Sermon preached by Fr Daniel Trott
on Sunday 12 November 2017 (Third Sunday before Advent)
Wisdom 6.12–16; Matthew 25.1–13
At the beginning of November we do a lot of remembering. On All Saints’ Day we remember those inspirational people we call ‘saints’, and on All Souls’ Day we remember all who have died. But today we remember and honour those who died fighting for our country. Why? What makes these deaths worth remembering all on their own?
One word that is often used on this day is ‘sacrifice’. What goes through your mind when you hear the word ‘sacrifice’? I imagine it’s probably one of two things. If you’re of a historical frame of mind you might think of killing an animal in a religious ceremony – sacrificing a sheep or a dove, perhaps. Or alternatively you might think of someone giving up something for the sake of something or someone else: someone sacrificing their time to help a good cause, or a parent sacrificing their career to bring up a child.
The reason we talk about the ‘sacrifices’ of the men and women who gave their lives fighting for their country is that these men and women chose to risk their lives for the sake of others – either by volunteering or just by not saying no when they were conscripted (although it wasn’t always very easy to say no). There are lots of kinds of sacrifice, but the sacrifice of a life holds a special place.
At the end of this service we will make a promise. We will pledge ourselves ‘to serve [God] and all humankind, in the cause of peace, for the relief of want and suffering, and for the praise of [God’s] name’. Although not as dramatic as the sacrifices made by those we remember today, this is our sacrifice. This is using our lives to serve others, to create a better world for everyone.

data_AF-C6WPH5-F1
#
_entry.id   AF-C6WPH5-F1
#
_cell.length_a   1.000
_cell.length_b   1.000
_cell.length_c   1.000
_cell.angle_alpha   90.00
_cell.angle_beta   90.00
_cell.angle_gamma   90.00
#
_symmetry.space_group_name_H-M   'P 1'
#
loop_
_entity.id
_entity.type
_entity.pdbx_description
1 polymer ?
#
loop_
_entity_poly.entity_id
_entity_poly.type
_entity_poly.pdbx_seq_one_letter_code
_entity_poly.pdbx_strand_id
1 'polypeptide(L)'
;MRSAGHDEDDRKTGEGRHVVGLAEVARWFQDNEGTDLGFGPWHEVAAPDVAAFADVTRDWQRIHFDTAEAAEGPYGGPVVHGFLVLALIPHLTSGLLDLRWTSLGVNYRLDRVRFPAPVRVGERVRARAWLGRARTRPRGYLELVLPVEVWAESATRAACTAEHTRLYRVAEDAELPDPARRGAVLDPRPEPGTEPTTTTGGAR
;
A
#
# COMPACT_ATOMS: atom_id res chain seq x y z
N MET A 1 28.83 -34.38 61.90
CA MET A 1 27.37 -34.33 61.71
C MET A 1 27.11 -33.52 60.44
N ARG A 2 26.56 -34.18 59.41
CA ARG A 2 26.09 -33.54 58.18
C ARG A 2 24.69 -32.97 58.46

And this is part of what Jesus is talking about in the parable we heard earlier from Matthew’s Gospel. There was a custom in Judea in Jesus’s time for the bridesmaids to meet the bridegroom when he was on his way back to his house with his new bride. They would light the way of the new couple, and then be invited to the party. But in the story, the bridegroom is very late, and some of the bridesmaids don’t have enough oil for their lamps. As a result, they can’t light the way of the new couple, and they can’t go to the party. Be like the wise bridesmaids, Jesus is saying. God could look at what you’re doing with your life at any time: be ready.
Jesus is using the idea of the Day of Judgement to encourage people not to put off sorting out their behaviour. Serving humankind, working for peace and justice, isn’t something to worry about tomorrow, or sometime in the future when I might be able to make more of a difference. It’s something to do right now. Perhaps if we all did that, made ourselves living sacrifices day by day, there’d be less need of the kind of sacrifice we remember here.